For only the second time in his career, Roth is directing from another person’s script, and screenwriter Eric Kripke, the creator of Supernatural (who calls Bellairs’ book his childhood favorite), transforms the magically moving nature of the house into a literal character: He makes it alive. “The house likes you,” Jonathan tells Lewis at one point, as lights grow in illuminated agreement and the chair follows them from room to room like an eager puppy. It arguably renders the mysterious explicable, but not really; is the chair its own entity, or part of the house? The decision simply adds another layer of unknown mysticism to the proceedings, while also allowing for a more understandable transition when Izard returns from the dead, the house resuming the bidding of its evil master. It lends some cinematic personality to what could easily feel too abstract as a lifeless repository of warlock-heavy machinations.
And “machinations” should be taken at face value in this case. One of Kripke’s innovations is a room full of old puppets, mannequins, and movable dolls, some hand-crank marvels of early-20th-century inventiveness, others mere anthropoid shapes. They eventually come alive, for a scene in which Izard tasks them with grabbing our protagonists and throwing them out of the house.
But even more so than its contents, the house itself is ultimately revealed to contain the machine in the ghost. Upon the discovery of a secret passageway beneath the furnace that leads to the titular clock (changed from a “coal bin” in the book), Lewis and Jonathan head down to find Isaac and his wife, Selenna, turning the key that begins the clock’s final countdown to reverse time. At that moment, that floor falls away, revealing the true clock beneath the very ground on which 100 High Street stands. Massive churning gears that could grind Lewis to pulp certainly make for a more visually engaging image than the book’s ultimate showdown, in which a hidden passageway in the basement hides a simple clock—and one that Lewis destroys by simply picking it up and smashing it on the ground, defeating Selenna before she has a chance to even bring Isaac back into corporeal existence.
And that shift points to the other big change from page to screen: In the novel, it’s Selenna whom Lewis accidentally brings back to life, in his quest to impress skeptical school chum Tarby, the popular boy who befriends Lewis after breaking his arm but who begins to drift away from his odd new playmate once it heals. Desperate to keep his only friend, Lewis steals a book on resurrection (in the film, this plot point becomes much bigger, as Jonathan’s only rule in the house is not to open the chest containing the book), and they abscond to the cemetery at midnight, Lewis reading the spell and raising Selenna from the dead. Unbeknownst to Lewis or his magical mentors, she takes up residence in a house across the street, under the pseudonym of Mrs. O’Meagher. She’s the one Lewis later confronts, only to be saved via the witchy powers of Mrs. Zimmerman. And Selenna/Mrs. O’Meagher’s the one who orchestrates the discovery of the clock in order to bring about the end and raise the spirit of her husband from beyond the grave.
The simplest (and best) explanation for the change to Isaac as the resurrected nemesis would be something like: If you’ve got Kyle MacLachlan in your movie, you give him as much screen time as possible. The real answer probably has more to do with Kripke’s bowing to standard cinematic conventions of Hollywood screenplays. He creates predictable backstories linking everyone together and adding dramatic stakes for each character. In the retelling, Jonathan and Isaac were partners in a magic show, before the latter went off to fight in World War II and, sick with the horrors of what he’d seen, strikes a deal with the demon Azazel to end humanity by rewinding time itself. Selenna, by contrast, has been alive the whole time, using magic to pose as a harmless neighbor and invading Lewis’ dreams in the guise of his dead mother (played by Lorenza Izzo) to get him to free the book of dark magic from its secure resting place and bring her husband back.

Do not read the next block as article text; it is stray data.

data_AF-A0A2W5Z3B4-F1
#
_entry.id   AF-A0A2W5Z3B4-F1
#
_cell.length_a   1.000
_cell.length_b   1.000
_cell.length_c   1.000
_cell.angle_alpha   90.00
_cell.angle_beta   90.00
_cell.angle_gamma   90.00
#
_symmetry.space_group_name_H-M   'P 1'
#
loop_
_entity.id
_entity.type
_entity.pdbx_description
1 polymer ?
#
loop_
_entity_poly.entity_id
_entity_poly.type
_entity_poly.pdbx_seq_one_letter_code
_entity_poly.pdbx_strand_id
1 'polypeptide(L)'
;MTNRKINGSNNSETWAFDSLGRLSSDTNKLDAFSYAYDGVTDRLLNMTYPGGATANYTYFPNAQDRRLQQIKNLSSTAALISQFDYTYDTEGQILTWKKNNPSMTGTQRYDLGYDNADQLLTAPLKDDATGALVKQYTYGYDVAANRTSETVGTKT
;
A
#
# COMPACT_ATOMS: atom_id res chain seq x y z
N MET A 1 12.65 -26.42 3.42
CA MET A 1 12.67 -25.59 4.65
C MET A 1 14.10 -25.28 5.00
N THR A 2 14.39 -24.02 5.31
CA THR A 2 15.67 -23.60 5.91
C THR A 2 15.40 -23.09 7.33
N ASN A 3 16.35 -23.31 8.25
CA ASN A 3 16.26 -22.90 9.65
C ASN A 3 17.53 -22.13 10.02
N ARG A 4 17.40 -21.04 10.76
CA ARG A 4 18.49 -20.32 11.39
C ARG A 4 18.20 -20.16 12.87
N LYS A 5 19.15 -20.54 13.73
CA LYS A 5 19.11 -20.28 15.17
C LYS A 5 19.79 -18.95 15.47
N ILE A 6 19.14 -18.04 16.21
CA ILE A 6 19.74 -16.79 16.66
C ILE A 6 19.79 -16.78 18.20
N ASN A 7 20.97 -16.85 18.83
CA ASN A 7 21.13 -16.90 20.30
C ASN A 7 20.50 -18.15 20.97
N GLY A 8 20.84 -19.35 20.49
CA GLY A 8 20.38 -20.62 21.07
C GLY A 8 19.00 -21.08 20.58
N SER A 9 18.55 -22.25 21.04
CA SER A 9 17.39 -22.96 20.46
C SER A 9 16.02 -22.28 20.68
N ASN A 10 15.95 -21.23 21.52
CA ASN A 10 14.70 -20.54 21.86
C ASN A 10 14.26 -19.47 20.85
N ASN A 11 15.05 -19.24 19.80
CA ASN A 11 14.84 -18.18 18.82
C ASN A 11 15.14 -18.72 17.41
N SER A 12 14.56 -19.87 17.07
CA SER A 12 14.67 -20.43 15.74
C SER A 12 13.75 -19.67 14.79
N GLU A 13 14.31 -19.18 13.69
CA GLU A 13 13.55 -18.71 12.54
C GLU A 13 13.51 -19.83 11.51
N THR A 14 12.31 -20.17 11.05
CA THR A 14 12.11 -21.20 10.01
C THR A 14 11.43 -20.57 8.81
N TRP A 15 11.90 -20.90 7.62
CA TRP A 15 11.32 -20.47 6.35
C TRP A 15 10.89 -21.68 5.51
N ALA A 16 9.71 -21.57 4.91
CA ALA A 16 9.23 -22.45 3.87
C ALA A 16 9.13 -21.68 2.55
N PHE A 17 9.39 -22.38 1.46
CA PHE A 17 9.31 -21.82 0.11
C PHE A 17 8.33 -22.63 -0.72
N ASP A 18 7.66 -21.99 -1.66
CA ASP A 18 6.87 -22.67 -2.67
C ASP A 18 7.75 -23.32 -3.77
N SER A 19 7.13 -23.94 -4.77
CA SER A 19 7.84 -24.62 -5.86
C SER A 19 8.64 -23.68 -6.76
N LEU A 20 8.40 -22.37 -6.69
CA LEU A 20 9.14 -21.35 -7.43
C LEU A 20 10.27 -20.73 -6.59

Similarly, Mrs. Zimmerman is now grieving for her own lost family (the implication for any adults watching is that they were killed in the war) and unable to do magic, until Isaac’s return pushes her to realize she has a new family of sorts, and her powers spring back into action to protect them. It creates an arc for her character not found in the book, probably because the only person who gets any sort of narrative journey is Lewis, functioning as our narrator. (Jonathan also gets a semi-developed storyline about coming to terms with his fears about assuming the role of a parent.) And whereas book Lewis is a timid and weak-willed type, quick to burst into tears (he does so roughly a half-dozen times or more throughout the novel), film Lewis is more of an intentional odd duck, wearing aviator goggles and obsessed with lexicography. If the movie has a stronger overall message about embracing your individuality, it also has a more stereotypical act breakdown, turning the book’s passive and reactive moments into kinetic and eye-catching spectacles of CGI. (Credit, again, to Roth: These visuals aren’t the eyesores of latter-day Tim Burton. A violent attack by sentient jack-o’-lanterns is a goopy and delightful splatter-fest.)
Not everything in the movie’s more contemporary bids to connect with its youthful audience are winners. A few of Black’s exclamations are awfully anachronistic for 1948, and a running gag involving a sentient topiary griffin with a penchant for shitting out mulched leaves in a windy blast is lame toilet humor, albeit the G-rated type. But the film is mostly a great success, an adaptation that delivers winning sentiment and minor-key scares without losing sight of the fundamental appeal of Bellairs’ book. It may lack the sinister minimalism of a Gorey-illustrated YA tale, but it does it one better by changing registers to that rare beast, a kids’ movie that rarely feels patronizing or overly simplistic.
Start with: The book. It’s a breezy marvel you can finish in an afternoon, appealingly old-school in its intentions, and downright prim in its pulp. It also offers a nice backdrop to the movie, which has plenty of delights to offer those unfamiliar with Bellairs, but provides a kick of kooky insight to the more mainstream chills put on screen from the gothic source material. Roth and Kripke, based on their obvious love for it, probably feel the same.